Figure 4. (a) IR Spectrum of (PC-CL)-DDQ; (b) Nature of transition of (PC-CL)-DDQ; (c) Analysis of gaussian band at low-frequency.

slower function than a step function (Figure 4(b)).

The low frequency Gaussian band around 600 cm1 is asymmetric showing different slopes of ln(A − AO) vs K-KO on both sides (Figure 4(c)). This Gaussian was symmetric in the chloranil complex. The inverted parabola in transmission again is clearly observed below 1100 cm1. The forbidden direct transition reveals larger intermolecular distance in DDQ complex.

The spectrum of (PC-Cl)-TCNQ is presented in (Figure 5(a)).

The noise in two regions is observed as usual. There are red shifts of the bands above Eg associated with softening of lattice vibrations. The monotonous featureless absorption above 1700 cm1 is analysed for absorption function for interband transition. It is found to be the one describing forbidden direct transition with Eg =0.22 eV (Figure 5(b)).

The mid-IR envelope is nearly a triangular distribution near a peak around 1100 cm1. There is slight increase in transmission and a plateau rather than inverted parabola above 1100 cm1. Weak Gaussian background absorption is found around 550 cm1 (Figure 5(c)). The Gaussian band is strongly asymmetric.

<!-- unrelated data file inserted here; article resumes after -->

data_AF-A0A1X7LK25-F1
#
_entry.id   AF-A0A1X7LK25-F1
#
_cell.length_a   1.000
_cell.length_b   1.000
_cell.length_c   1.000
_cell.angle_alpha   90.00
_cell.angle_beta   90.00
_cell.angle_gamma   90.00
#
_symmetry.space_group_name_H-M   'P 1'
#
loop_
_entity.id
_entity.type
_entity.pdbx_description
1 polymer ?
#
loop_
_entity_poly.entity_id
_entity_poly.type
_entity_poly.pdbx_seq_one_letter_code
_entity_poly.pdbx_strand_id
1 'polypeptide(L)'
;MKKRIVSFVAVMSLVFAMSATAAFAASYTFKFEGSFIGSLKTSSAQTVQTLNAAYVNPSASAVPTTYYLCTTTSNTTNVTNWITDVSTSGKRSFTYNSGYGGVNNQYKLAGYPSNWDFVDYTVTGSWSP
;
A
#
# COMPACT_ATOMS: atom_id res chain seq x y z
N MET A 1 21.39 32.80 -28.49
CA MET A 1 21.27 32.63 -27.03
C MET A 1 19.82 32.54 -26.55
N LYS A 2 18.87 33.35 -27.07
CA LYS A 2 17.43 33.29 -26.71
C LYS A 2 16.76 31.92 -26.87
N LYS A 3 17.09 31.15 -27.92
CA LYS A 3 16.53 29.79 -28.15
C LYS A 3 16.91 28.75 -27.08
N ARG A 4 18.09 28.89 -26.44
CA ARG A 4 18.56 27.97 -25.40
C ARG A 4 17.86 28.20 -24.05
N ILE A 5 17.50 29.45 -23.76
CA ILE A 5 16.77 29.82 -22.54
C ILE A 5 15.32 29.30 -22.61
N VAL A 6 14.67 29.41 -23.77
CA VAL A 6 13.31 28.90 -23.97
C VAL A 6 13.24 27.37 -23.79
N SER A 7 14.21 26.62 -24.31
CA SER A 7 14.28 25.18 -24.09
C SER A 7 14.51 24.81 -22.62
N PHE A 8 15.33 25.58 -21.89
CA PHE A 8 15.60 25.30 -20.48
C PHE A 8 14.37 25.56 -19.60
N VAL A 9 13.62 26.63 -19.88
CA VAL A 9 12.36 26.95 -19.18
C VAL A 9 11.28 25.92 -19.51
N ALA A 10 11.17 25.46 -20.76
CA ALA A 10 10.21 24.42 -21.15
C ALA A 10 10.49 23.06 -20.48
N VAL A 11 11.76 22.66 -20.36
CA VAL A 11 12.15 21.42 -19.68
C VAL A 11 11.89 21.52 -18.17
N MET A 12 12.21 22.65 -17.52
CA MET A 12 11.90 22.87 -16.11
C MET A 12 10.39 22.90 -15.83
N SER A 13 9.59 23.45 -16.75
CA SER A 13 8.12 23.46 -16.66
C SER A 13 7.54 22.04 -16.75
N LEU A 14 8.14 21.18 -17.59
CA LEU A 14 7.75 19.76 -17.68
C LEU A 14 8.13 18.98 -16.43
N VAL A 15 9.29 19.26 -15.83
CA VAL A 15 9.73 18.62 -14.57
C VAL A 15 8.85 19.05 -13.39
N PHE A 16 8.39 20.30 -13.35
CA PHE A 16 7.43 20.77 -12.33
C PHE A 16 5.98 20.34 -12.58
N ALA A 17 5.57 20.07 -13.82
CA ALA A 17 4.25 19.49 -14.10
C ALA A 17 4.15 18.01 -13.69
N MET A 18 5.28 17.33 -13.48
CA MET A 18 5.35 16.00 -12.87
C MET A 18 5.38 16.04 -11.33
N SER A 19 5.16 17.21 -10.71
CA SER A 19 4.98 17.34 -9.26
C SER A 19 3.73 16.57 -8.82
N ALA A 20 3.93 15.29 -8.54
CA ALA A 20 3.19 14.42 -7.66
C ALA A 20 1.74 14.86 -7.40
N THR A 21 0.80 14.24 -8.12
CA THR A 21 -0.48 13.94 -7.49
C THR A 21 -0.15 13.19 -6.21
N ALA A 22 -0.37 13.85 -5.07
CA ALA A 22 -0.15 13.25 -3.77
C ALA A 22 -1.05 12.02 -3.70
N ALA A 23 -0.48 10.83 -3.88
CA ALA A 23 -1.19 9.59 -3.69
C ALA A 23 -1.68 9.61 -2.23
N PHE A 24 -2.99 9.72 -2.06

The last spectrum is that of (PC-Cl)-TCNE (Figure 6(a)). Apart from usual noise in two regions, the nature of transition is found to be forbidden direct with Eg = 0.225 eV (Figure 6(b)). The low-frequency Gaussian profile is almost symmetric (Figure 6(c)).

The absorption functions are summarized (Table 1).

The low frequency envelopes (Gaussian bands in all cases) are characterized by the full-width at half- maximum governed by strength of electron-phonon interaction and symmetry or asymmetry (Table 2).

The special mid-IR envelopes related with imperfect nesting or partial screening as well as inverted parabola below 1100 cm1 are also summarized (Table 3).

The materials prepared in the present work has band gap of the order of 0.22 - 0.25 eV. It is known the total number of absorbed photons has maximum saturation value of (i.e. per second and per unit area) for Eg ≤ 0.5 eV [26] [27] . For Eg > 0.5 eV, this number drops continuously. Thus the organic semiconductors with Eg < 0.5 eV are very good absorbers of photons. This cannot happen in elemental and compound photoconductors, which has Eg > 0.5 eV. Thus the organic semiconductors can be used as infrared detectors. It is possible to construct other optoelectronic devices such as photodiodes, phototransistors, organic light emitting diodes, etc. using organic semiconductors.


Figure 5. (a) IR spectrum of (PC-CL)-TCNQ; (b) Nature of transition in (PC-CL)-TCNQ; (c) Analysis of Gaussian at low-frequency.


Figure 6. (a) IR spectrum of (PC-CL)-TCNE; (b) Nature of transition in (PC-CL)-TNCE; (c) Analysis of Gaussian at low-frequency.

Table 1. Nature of transition in pinacyanol chloride and its charge transfer complexes.

Table 2. Low-frequency envelope in pinacyanol chloride and its charge transfer complexes.

Table 3. Special mid-IR envelope related with imperfect nesting or screening.